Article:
• Craig Thomson says:

      Having a “Northern City Line” and a “City (Bank) branch of the Northern Line” all under TFL might be confusing. Arguably another name for the Great Northern Line may therefore be advisable.

  7. Geoffrey Algernon Brabant Demprunt says:

    This is ideal TfL is arguably the best Transportation System in the World.

    They have to decide whether the Financial wrangle with Crossrail is going to prevent them seeking Private Sector Involvement in new Lines that add capacity such as the South West London Line from Hounslow to Brent Cross.

    This particular transfer will clearly allow a fresh look at a Rail or Light Rail Line Welwyn Garden City – St Albans – Bushey- Watford – Croxley. utilising existing, if disused Lines.

    Further, inside the M25 an expedient and cheaper Crossrail 2 Linking Highgate, Muswell Hill, Haringey and not Dalston but Stratford and Barking

    It should be possible in S – Bahn fashion to link all Lines from Hounslow to Barking in the next4 years to reduce expensive incursions into the Central Zone.

    Perhaps Dollis Hill ( Gladstone Park) Cricklewood, Childs Hill, Hampstead LUL, Highgate Village, Highgate is the Answer).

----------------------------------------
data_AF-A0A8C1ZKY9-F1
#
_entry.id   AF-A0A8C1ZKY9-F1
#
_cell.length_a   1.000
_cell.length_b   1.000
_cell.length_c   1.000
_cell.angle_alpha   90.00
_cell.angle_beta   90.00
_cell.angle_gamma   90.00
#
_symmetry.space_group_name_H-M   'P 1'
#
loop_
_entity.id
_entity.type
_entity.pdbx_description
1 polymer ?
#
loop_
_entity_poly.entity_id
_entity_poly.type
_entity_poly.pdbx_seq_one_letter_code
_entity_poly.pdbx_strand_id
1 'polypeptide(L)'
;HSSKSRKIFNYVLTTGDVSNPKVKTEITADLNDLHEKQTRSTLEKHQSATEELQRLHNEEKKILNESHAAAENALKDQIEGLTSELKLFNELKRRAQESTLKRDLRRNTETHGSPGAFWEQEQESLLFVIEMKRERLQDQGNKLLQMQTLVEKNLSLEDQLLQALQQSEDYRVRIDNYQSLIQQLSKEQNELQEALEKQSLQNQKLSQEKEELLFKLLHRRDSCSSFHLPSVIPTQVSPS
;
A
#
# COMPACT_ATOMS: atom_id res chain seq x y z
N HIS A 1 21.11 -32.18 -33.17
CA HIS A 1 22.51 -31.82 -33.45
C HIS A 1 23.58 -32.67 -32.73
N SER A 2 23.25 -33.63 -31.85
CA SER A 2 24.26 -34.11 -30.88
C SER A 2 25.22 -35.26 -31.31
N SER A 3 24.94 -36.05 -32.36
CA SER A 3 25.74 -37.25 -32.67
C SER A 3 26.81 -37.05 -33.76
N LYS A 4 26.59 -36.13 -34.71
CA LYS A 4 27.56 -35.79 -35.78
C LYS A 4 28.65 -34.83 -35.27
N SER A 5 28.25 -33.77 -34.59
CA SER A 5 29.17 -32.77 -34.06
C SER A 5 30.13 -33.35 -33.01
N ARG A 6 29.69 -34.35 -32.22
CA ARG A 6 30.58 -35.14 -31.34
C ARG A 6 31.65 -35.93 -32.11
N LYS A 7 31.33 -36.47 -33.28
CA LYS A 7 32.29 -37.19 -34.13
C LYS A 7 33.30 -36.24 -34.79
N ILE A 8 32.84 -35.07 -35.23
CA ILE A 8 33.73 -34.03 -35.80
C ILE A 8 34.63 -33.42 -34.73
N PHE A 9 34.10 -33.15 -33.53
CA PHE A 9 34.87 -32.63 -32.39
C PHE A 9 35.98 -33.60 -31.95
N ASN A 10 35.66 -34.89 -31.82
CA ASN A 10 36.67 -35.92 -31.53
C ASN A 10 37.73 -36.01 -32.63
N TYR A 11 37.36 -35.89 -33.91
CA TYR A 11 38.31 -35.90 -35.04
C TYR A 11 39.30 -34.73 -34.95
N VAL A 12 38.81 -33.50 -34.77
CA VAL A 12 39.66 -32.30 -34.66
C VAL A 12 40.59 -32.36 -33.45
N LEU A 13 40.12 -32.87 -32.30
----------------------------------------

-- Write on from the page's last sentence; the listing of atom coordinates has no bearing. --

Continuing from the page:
There’s probably topographical and Corporation of London Issues to overcome but it should be feasible with a Dive Under at Stroud Green?

    • Adam says:

      >”This particular transfer will clearly allow a fresh look at a Rail or Light Rail Line Welwyn Garden City – St Albans – Bushey- Watford – Croxley. utilising existing, if disused Lines.”

      Hold your horses a sec, optimistic crayonista. As much as I’d love for a railway to run all the way through Hertfordshire connecting all our major railways, it’s really not feasible. There’s no business case for it, as not nearly enough people would use the link to justify the cost of such a link. Even the Croxley rail link/Met line ext, which had proven potential benefits to the local communities, had to be shelved due to funding.